The European Court of Justice (ECJ) decided today that Malta had broken EU rules when it allowed Spring hunting.
The final judgement was announced at the end of proceedings which were instituted early last year by the European Commission against the Maltese government after it allowed the hunting of turtle dove and quail.
The court said that although it may be true that hunting of turtle dove and quail in autumn was not as abundant as in spring, the numbers captured according to submissions made by the Maltese government were disproportionate and thus the opening of the spring season was not justified under EU law.
“Hunting for quails and turtle doves during the autumn hunting season cannot be regarded as constituting, in Malta, another satisfactory solution, so that the condition that there be no other satisfactory solution, laid down in Article 9(1) of the Directive, should, in principle, be considered met,” the Court argued.
However the ECJ said that the conditions on which Malta authorised spring hunting of the two species do not fulfil the requirement for proportionality and other requirements laid down in Article 9(1) of the Directive.
“The prolongation of the hunting season for those two migratory species by authorisation of hunting for approximately two months in spring, during which the two hunted species are returning to their rearing grounds, which results in a mortality rate three times higher (around 15,000 birds killed) for quails and eight times higher (around 32,000 birds killed) for turtle doves than for the autumn hunting season, does not constitute an adequate solution that is strictly proportionate to the Directive’s objective of conservation of the species.”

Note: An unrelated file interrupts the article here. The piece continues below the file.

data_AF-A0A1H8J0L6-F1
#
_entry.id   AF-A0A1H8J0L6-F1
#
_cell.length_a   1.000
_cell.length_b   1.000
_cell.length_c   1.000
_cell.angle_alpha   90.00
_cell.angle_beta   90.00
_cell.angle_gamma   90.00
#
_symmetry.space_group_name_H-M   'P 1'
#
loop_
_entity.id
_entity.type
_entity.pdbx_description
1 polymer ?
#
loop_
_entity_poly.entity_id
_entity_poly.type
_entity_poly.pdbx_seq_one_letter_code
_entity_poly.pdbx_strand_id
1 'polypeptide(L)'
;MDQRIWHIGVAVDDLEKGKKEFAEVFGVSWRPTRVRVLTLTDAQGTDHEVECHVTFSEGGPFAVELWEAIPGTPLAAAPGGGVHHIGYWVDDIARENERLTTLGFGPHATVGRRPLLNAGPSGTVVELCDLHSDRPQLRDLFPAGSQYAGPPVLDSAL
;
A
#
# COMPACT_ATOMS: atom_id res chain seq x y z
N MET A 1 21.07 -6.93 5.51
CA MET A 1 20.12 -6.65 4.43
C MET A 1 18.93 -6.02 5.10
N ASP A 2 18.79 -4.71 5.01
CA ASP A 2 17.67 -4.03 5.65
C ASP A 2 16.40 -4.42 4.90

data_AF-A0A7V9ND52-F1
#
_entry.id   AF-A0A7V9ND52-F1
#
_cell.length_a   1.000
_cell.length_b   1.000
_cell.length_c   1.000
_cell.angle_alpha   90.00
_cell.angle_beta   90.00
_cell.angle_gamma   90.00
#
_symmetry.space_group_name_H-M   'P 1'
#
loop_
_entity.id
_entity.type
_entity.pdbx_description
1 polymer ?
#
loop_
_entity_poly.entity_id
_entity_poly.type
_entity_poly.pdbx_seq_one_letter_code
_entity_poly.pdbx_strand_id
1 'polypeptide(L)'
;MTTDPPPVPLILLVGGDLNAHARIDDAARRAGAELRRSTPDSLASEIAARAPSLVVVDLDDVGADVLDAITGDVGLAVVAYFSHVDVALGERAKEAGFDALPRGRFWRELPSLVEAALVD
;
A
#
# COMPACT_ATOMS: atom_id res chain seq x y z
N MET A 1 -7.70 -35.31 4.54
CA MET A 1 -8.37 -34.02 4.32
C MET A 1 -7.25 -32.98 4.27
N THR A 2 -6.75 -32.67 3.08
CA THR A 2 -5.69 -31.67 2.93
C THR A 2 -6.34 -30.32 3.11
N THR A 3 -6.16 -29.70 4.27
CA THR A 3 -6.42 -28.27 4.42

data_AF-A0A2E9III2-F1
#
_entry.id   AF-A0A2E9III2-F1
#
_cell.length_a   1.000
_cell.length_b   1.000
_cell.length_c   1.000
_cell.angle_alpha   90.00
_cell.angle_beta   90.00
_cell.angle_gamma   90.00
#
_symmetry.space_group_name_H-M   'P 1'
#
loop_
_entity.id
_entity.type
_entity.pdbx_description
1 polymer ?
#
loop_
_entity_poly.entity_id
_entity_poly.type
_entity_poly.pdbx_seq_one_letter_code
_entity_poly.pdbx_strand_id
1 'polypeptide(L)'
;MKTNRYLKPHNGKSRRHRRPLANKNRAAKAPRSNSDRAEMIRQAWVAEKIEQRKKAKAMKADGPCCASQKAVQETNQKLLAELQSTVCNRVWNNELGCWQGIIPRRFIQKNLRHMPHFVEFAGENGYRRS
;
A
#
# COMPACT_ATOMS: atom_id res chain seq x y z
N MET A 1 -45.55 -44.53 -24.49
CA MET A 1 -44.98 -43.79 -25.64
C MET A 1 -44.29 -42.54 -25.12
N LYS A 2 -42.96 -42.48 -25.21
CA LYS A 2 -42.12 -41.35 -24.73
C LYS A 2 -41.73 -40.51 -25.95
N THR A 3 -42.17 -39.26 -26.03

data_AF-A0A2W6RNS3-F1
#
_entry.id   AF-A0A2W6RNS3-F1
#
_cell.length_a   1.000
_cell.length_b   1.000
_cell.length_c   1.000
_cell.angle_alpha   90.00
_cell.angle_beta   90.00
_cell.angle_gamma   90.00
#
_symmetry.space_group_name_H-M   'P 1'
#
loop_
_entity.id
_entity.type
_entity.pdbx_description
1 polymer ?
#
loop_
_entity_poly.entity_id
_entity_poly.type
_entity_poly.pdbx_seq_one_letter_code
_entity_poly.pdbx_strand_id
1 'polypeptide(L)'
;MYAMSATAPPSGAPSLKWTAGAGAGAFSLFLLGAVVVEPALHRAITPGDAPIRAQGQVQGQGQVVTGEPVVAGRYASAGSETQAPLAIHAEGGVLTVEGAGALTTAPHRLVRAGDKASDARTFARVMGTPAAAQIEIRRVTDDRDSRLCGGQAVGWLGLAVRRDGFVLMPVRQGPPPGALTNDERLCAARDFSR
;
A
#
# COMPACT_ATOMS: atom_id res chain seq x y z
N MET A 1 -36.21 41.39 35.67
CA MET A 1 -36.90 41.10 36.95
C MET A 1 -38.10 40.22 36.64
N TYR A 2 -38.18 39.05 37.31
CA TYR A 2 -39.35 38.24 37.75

The ECJ said that in these circumstances, even though only an inconsiderable number of the two species at issue are present in autumn and for a very limited period, and since hunting is not impossible in autumn, “by authorising the opening of the spring hunting season for quails and turtle doves for several weeks each year, from 2004 to 2007, Malta has failed to comply with the conditions for a derogation under Article 9(1) of the Directive, interpreted in the light of the principle of proportionality and, accordingly, has failed to fulfil its obligations under that directive.”
The ruling was given during a session of the second chamber of the Luxembourg-based court. The ECJ asked the Maltese Government to come in line with the EU provisions and pay the expenses involved in the court case. Malta will not have to pay any financial penalties if it complies with the judgement.
No appeal may be made.
Birdlife International and the Federation of Associations for Hunting and Conservation of the EU (FACE) which respectively feature BirdLife Malta and the hunters' federation (FKNK) among their members, yesterday issued a joint statement stressing the need for the court's decision to be respected.
The Maltese government in a statement in the evening reiterated its commitment to respect the decision.
The Maltese government defended spring hunting before the court, arguing that during the EU membership negotiations it had informed the Commission of its intention to allow spring hunting by applying a derogation under the Birds directive. That intention was acknowledged by the commission.
However the Commission started infringement procedures against Malta following a decision by the ECJ against Finland in a similar case in 2005, saying the application of the derogation was no longer justified.
During the proceedings, Attorney General Silvio Camilleri argued that the end of spring hunting would practically mean the end of hunting in Malta since the number of turtle dove and quail which fly over in the autumn is very low. The European Commission disputed that claim.
Legal counsel from FACE were in the Maltese legal team.
Spring hunting was banned in Malta for the past two seasons while the case was pending.